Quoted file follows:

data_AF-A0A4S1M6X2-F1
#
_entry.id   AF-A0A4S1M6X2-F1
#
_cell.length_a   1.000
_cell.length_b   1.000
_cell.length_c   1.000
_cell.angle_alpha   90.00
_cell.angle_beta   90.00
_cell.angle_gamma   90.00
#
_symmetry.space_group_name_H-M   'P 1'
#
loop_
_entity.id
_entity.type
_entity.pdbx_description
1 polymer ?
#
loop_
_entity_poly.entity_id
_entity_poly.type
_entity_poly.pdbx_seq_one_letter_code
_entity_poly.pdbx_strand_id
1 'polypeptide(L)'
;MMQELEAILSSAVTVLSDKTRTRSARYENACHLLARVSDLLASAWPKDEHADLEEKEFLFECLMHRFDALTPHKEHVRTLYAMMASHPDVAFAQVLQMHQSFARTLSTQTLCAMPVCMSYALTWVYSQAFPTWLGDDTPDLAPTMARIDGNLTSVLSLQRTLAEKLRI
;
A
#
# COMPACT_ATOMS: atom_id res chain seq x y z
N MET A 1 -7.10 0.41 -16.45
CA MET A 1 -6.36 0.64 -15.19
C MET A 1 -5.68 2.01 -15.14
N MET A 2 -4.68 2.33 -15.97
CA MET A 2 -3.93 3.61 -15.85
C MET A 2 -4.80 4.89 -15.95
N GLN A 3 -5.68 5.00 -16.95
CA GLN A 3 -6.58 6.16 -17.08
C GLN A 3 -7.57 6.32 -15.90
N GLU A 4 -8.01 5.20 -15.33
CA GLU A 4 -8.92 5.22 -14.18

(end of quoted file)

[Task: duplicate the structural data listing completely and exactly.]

data_AF-A0A4S1M6X2-F1
#
_entry.id   AF-A0A4S1M6X2-F1
#
_cell.length_a   1.000
_cell.length_b   1.000
_cell.length_c   1.000
_cell.angle_alpha   90.00
_cell.angle_beta   90.00
_cell.angle_gamma   90.00
#
_symmetry.space_group_name_H-M   'P 1'
#
loop_
_entity.id
_entity.type
_entity.pdbx_description
1 polymer ?
#
loop_
_entity_poly.entity_id
_entity_poly.type
_entity_poly.pdbx_seq_one_letter_code
_entity_poly.pdbx_strand_id
1 'polypeptide(L)'
;MMQELEAILSSAVTVLSDKTRTRSARYENACHLLARVSDLLASAWPKDEHADLEEKEFLFECLMHRFDALTPHKEHVRTLYAMMASHPDVAFAQVLQMHQSFARTLSTQTLCAMPVCMSYALTWVYSQAFPTWLGDDTPDLAPTMARIDGNLTSVLSLQRTLAEKLRI
;
A
#
# COMPACT_ATOMS: atom_id res chain seq x y z
N MET A 1 -7.10 0.41 -16.45
CA MET A 1 -6.36 0.64 -15.19
C MET A 1 -5.68 2.01 -15.14
N MET A 2 -4.68 2.33 -15.97
CA MET A 2 -3.93 3.61 -15.85
C MET A 2 -4.80 4.89 -15.95
N GLN A 3 -5.68 5.00 -16.95
CA GLN A 3 -6.58 6.16 -17.08
C GLN A 3 -7.57 6.32 -15.90
N GLU A 4 -8.01 5.20 -15.33
CA GLU A 4 -8.92 5.22 -14.18